In spite of the fame achieved, problems in creating unusual photographs, which measure up to that fame, begin to appear.
1972 is a year of change. Derek Forsyth, the art director, is perfectly aware of the need to find a way to differentiate the Pirelli Calendar from the abundance of pornography floating around, and from vulgar images, which seem to shout from every street corner. Forsyth understands that the public is tired of seeing close ups of nude bodies, and wants something new – something authentically female.
Thus the decision to take a risk – to entrust the 1972 edition to a woman photographer: Sarah Moon.
Sarah Moon has been described as an impressionist photographer. Moon uses 35 mm film, loves soft backgrounds, and makes heavy use of plays of light. Her photos have a style that reminds one of paintings. As a person, Moon is moody, her coldness leaves people perplexed, and she is not well liked by journalists.
Moon works in harmony with her assistant, Mike Youel, to whom she leaves many tasks so that she is free to concentrate on the photography.
Paris is chosen as the location for this year’s shoot, a city Sarah Moon dearly loves. Paris is a choice that will not weigh heavily on Pirelli’s budget. The Villa Les Tilleuls is the site for the photographs, it is now abandoned, but served as headquarters for the Gestapo during the Second World War. A lot of work is needed to get it in shape, and Moon, does most of it herself. The result is a location out of this world, with a fantastic atmosphere.
There is no precise theme for this year’s Calendar: the subject is the woman, not as a provocateur of erotic messages, but secure in her femininity.
Sarah Moon desires to work with models of her own choosing: Mick Lindburg, Suzanne Moncur, Boni Pfeifer, Inger Hammer, Magritt Rahn, and Barbara Trethman. All are petite, far from the idea of voluptuousness.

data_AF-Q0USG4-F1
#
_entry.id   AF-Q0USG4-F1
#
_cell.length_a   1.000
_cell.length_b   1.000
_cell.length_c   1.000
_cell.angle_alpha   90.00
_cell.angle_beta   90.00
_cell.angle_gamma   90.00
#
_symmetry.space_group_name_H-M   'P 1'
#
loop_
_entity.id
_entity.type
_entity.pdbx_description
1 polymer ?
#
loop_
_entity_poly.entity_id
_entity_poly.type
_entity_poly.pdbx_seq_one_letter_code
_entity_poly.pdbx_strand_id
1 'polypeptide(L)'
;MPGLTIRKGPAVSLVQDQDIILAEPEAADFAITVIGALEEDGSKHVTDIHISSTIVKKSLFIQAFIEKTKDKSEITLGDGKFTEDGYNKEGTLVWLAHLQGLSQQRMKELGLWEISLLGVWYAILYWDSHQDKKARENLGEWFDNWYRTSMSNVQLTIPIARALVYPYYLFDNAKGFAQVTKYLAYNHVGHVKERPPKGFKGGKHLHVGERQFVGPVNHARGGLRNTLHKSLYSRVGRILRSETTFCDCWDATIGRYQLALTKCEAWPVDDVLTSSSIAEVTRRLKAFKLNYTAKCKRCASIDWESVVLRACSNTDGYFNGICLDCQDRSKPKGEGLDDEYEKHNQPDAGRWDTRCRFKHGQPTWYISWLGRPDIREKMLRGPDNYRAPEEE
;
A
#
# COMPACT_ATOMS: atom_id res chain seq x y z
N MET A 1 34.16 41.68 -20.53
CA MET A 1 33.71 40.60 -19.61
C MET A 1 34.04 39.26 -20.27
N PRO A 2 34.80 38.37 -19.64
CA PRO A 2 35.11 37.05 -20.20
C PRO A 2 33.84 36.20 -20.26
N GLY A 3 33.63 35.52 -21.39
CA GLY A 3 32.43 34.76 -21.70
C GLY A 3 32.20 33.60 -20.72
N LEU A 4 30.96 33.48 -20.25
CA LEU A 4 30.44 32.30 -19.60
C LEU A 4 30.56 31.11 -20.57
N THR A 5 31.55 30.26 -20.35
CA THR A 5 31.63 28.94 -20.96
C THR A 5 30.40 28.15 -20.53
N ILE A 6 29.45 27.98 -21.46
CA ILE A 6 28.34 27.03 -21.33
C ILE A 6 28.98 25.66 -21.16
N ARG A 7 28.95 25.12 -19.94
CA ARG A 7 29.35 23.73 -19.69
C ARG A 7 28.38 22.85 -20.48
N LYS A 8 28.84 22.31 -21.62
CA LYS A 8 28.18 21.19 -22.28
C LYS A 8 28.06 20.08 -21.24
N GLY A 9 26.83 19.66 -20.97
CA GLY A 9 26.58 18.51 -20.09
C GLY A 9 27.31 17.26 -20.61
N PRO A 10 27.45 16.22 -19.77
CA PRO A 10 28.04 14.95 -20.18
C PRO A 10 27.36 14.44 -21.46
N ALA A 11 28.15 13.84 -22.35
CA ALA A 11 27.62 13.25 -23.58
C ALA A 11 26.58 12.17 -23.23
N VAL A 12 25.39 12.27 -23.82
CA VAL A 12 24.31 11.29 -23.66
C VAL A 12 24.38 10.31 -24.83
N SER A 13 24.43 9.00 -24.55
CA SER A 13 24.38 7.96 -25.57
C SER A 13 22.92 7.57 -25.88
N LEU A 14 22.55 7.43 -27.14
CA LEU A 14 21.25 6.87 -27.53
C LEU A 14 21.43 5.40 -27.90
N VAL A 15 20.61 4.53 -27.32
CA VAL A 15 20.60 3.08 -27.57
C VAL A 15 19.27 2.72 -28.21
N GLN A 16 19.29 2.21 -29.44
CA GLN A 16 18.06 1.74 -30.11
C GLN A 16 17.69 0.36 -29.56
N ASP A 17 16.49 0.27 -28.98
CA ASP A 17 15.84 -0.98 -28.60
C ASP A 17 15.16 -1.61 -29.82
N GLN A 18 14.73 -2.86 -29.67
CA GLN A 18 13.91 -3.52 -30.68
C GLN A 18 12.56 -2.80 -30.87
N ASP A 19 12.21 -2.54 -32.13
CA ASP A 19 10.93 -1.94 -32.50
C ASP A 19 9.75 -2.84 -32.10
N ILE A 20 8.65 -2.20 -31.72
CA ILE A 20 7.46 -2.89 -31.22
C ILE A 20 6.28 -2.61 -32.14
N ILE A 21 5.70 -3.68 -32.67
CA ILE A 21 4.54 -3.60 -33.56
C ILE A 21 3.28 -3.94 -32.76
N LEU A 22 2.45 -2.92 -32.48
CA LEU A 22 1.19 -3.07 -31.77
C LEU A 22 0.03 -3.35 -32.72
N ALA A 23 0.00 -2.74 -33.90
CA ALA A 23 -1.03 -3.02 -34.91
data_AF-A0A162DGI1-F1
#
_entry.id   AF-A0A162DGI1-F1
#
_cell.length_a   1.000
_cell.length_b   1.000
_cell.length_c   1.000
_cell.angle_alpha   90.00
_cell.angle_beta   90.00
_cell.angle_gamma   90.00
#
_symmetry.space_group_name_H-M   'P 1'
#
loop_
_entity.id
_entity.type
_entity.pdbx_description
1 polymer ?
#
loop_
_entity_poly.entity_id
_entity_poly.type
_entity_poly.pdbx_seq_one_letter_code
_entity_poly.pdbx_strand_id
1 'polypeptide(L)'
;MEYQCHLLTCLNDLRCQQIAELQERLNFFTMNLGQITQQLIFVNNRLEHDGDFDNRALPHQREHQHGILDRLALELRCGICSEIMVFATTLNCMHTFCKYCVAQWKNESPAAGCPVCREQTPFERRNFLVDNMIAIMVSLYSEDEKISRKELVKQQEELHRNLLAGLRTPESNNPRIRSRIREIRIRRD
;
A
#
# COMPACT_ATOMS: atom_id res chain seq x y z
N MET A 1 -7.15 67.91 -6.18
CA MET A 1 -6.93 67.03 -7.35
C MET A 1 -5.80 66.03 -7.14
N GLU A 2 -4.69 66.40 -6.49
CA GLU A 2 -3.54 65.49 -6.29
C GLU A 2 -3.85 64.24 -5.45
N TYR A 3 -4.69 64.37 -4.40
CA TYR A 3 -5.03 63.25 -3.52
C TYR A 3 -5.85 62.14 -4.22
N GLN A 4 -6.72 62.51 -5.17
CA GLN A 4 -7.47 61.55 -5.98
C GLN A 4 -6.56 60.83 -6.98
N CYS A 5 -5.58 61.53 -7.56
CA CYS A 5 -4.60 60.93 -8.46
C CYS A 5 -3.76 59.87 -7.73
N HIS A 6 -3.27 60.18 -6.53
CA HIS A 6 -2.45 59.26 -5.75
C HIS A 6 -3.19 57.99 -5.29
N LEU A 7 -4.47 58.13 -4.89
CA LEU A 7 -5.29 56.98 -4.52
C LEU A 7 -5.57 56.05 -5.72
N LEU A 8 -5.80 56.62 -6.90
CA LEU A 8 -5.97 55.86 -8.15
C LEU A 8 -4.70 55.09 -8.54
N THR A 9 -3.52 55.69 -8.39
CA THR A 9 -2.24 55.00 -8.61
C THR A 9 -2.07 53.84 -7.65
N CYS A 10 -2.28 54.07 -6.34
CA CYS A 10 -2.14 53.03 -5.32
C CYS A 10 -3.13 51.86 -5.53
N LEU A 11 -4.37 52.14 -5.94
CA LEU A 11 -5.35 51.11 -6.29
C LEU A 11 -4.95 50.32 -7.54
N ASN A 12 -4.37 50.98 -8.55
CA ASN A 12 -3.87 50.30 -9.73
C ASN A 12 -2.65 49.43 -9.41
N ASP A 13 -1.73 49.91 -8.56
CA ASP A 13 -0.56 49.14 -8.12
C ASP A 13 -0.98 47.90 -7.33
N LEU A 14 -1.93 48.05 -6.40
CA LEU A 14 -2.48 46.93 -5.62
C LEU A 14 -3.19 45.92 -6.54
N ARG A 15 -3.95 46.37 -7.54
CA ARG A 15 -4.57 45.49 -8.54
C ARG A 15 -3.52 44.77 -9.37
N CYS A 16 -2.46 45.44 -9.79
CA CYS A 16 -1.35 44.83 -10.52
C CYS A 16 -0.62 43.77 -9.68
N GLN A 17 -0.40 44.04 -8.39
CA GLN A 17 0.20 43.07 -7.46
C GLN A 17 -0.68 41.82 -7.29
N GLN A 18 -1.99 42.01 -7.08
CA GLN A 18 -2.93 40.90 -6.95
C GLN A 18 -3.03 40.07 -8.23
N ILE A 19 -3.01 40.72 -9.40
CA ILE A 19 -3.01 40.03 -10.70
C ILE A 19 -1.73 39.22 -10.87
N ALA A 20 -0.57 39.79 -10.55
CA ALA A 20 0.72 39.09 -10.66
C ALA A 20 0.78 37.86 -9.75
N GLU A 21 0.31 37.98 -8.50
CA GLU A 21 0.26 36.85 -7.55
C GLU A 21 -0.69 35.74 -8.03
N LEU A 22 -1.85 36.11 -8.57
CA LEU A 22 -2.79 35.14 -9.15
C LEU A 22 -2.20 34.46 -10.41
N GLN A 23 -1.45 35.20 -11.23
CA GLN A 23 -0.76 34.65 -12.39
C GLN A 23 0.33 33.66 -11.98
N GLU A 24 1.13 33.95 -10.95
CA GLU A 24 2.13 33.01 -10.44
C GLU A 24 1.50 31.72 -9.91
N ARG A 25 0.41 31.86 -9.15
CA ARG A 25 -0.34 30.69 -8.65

With them, Sarah Moon is patient and meticulous, and able to create a rapport of spontaneity and friendship, which lends authenticity to the images-there is no need to be sexy at all costs.
This is criticised by some men, to the point that they judge the Calendar to have a lesbian quality.
The press, however, likes the Calendar and the success of this edition is actually heightened by the insinuations surrounding it.
The first woman to photograph the calendar was the ex-model Sarah Moon, who took the 1972 Pirelli pictures – often regarded as some of the most beautiful – in the once gracious Villa les Tilleuls, across the road from Chateau de la Malmaison, near Paris. The structure of this calendar, with each month separated by a sheet with the pictures, initiated a new style and also a new business: opportunists bought up black-market calendars, framed each shot and charged £100 per picture.
A fully ‘female’ Calendar. Sarah Moon, former models that became photographer, is in fact the first woman called by Pirelli to shoot the calendar. Sarah does not follow a specific theme, if not that of the waiting between women: waiting for rich customers of a deluxe ‘maison’, or a whorehouse, that recalls the impressionist atmosphere of a period between the beginning of the last century and the Twenties.
Sarah Moon began her career on the other side of the lens, as a model, but she considered that profession boring, and rapidly established herself as a photographer and director. Moon’s photographic style reminds one of painting, though she considers photography and painting to be entirely different arts. Moon has been defined as an “impressionist photographer” because of the images she produces by her use of soft, diffused light, and grainy, 35 mm film. She has worked for such personalities as Woolmark and Cacharel. Moon has won numerous awards for her photography and films. Her work is part of the collections of the National Library of Paris and the International Museum of Photography in New York.